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Applied and Environmental Soil Science
Volume 2010, Article ID 973925, 6 pages
http://dx.doi.org/10.1155/2010/973925
Research Article

Influence of Tillage and Daily Manure Application on the Survival of Bacterial Pathogens Indicators in Soil and on Radish

USDA Agricultural Research Service, Northwest Irrigation and Soils Research Laboratory, 3793 North, 3600 East, Kimberly, ID 83341, USA

Received 1 February 2010; Revised 1 April 2010; Accepted 9 June 2010

Academic Editor: Marco Trevisan

Copyright © 2010 James A. Entry et al. This is an open access article distributed under the Creative Commons Attribution License, which permits unrestricted use, distribution, and reproduction in any medium, provided the original work is properly cited.

Abstract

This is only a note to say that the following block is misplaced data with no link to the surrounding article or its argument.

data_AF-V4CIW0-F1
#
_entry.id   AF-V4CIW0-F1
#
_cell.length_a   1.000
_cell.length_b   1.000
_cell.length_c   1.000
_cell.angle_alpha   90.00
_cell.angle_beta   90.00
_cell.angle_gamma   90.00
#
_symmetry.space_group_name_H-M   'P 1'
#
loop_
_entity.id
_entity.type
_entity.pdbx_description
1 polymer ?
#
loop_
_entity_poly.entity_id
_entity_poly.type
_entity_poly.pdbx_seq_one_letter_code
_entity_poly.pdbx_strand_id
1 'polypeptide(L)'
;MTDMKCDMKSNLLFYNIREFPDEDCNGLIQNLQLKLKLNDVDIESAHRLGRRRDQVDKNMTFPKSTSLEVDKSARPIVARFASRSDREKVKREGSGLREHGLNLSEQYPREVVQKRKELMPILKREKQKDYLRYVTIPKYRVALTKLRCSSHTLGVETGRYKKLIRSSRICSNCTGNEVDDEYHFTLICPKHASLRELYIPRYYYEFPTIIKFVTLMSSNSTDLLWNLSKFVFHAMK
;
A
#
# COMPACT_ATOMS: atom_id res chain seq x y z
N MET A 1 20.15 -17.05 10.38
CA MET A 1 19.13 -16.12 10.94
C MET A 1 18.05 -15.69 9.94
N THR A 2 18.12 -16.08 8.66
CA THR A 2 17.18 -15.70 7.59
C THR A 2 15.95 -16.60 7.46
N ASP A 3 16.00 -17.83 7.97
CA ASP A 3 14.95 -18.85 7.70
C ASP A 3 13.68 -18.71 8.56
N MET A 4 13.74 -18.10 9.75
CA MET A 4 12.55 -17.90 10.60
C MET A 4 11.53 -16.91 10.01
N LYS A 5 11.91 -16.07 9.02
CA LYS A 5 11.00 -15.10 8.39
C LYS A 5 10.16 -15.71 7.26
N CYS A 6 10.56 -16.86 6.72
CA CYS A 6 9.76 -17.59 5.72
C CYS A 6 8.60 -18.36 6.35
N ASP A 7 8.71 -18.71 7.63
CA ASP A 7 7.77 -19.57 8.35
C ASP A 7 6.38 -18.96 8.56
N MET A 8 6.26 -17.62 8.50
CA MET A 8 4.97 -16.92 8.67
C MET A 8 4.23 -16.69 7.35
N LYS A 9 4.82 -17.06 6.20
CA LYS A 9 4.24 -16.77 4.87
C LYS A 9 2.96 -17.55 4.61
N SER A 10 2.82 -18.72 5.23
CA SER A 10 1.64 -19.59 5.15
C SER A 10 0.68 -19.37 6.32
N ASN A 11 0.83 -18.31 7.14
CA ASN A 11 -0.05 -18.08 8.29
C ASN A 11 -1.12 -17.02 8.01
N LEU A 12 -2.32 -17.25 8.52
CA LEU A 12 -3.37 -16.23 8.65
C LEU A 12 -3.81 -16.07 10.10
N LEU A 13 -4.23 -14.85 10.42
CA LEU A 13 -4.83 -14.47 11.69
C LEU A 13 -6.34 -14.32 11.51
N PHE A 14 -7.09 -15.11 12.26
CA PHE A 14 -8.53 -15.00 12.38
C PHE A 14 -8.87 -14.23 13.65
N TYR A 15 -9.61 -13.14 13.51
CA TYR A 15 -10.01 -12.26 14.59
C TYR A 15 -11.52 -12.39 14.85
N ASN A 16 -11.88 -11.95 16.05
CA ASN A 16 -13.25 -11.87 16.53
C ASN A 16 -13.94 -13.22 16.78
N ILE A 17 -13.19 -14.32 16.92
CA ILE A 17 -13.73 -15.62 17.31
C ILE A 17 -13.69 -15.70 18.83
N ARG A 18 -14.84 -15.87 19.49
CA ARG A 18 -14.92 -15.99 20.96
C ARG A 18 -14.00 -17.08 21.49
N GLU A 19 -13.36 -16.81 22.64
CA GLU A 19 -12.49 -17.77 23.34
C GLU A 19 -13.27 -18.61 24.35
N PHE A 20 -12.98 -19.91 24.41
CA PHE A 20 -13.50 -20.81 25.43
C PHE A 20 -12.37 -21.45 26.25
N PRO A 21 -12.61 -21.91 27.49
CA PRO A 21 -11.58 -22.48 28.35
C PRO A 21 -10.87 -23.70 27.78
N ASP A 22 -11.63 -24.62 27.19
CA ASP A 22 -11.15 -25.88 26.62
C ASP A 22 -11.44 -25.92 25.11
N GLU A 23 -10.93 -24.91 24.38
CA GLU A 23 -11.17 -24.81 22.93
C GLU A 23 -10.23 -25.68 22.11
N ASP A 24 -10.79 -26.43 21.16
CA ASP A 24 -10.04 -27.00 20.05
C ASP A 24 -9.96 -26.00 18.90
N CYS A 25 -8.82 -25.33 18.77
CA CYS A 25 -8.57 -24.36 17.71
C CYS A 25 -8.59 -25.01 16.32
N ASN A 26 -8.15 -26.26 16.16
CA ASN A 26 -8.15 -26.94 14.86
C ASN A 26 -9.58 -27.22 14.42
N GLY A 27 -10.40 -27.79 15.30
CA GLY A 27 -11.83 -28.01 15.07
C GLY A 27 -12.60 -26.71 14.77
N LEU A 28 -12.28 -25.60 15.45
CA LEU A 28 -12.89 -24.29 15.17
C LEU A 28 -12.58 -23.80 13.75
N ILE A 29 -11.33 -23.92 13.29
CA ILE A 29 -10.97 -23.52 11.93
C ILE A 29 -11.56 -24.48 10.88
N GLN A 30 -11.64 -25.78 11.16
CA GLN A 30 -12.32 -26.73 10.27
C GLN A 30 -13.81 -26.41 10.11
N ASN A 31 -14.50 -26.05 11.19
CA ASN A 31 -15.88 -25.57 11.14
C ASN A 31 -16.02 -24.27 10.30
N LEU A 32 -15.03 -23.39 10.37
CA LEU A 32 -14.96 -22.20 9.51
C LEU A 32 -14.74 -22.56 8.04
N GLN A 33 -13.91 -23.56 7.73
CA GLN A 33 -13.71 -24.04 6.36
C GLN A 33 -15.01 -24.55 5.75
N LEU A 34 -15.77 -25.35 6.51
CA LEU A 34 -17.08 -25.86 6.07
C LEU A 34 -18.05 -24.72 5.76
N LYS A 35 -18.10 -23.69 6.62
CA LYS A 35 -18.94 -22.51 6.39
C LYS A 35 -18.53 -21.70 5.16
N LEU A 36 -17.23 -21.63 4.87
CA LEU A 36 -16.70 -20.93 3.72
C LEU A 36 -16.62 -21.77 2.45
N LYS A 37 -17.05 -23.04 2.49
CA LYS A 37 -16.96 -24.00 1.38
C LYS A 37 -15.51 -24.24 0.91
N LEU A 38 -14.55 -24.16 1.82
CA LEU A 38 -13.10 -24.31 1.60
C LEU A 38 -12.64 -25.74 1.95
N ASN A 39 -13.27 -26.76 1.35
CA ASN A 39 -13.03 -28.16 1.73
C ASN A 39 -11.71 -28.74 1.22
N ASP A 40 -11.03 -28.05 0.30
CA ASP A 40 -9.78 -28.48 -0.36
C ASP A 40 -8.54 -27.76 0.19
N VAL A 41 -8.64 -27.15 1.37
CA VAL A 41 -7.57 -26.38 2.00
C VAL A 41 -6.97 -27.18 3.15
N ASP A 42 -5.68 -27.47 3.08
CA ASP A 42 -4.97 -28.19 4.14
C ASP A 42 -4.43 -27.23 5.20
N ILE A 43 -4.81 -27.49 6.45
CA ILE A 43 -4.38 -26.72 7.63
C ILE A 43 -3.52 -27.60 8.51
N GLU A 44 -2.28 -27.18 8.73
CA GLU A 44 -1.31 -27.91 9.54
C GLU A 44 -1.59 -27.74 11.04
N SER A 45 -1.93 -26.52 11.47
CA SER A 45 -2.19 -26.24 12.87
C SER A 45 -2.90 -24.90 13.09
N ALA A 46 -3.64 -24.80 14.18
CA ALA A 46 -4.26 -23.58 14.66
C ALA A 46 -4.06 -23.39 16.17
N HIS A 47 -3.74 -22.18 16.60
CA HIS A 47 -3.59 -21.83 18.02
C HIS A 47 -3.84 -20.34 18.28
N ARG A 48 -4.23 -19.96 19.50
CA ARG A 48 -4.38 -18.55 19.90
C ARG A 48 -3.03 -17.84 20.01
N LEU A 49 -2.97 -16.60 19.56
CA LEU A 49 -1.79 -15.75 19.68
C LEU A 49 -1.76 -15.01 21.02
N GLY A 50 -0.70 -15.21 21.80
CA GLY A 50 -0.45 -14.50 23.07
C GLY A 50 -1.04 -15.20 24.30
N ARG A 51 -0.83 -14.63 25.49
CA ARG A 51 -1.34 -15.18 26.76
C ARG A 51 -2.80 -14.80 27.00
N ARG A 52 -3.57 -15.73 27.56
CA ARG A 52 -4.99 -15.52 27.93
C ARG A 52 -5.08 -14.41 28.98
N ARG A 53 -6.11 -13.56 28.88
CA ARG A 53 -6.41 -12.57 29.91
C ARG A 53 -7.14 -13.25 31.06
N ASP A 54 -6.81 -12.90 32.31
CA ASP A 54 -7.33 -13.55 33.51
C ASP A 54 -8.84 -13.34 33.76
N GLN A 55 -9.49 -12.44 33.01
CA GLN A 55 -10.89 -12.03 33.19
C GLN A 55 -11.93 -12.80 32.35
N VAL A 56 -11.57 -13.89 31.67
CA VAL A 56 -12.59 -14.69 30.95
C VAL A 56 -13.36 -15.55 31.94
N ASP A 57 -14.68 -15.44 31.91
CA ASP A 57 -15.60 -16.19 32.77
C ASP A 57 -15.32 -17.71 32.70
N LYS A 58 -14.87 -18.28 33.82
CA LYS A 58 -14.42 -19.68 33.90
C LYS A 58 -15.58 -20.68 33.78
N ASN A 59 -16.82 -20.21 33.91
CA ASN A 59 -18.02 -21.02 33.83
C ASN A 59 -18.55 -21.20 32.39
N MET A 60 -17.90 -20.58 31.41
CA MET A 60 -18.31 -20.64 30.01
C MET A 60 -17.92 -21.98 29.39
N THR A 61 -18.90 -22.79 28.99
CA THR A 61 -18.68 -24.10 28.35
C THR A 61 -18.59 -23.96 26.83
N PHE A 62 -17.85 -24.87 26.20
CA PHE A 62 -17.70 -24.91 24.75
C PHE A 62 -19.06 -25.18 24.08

We measured Escherichia coli, and Enterococcus sp. numbers in soil and on fresh radish (Raphanus sativus L.) at 1, 7, 14, 28, 54, and 84 days after the addition of high and low amounts of solid dairy manure in combination with chisel tillage to a 20 cm depth (deep) or roller tillage to a 10 cm depth (shallow). When the high or low amount of solid dairy manure was added to the soil, E. coli populations in soil were higher in the 54 days following manure addition compared to the control treatment. Dairy manure addition increased Enterococcus sp. in soils compared to the control treatment for the entire 84 days sampling period. At harvest, which was 84 days after application, we did not detect E. coli in radish in rhizosphere soil or on radish roots. Addition of solid dairy manure increased Enterococcus sp. numbers in radish rhizosphere soil and on radish roots. We suggest that fresh animal manure be applied to soil at least 120 days prior to planting to allow die-off of human pathogenic bacteria and reduce the incidence of bacterial adhesion on or bacterial colonization of ready to eat vegetables.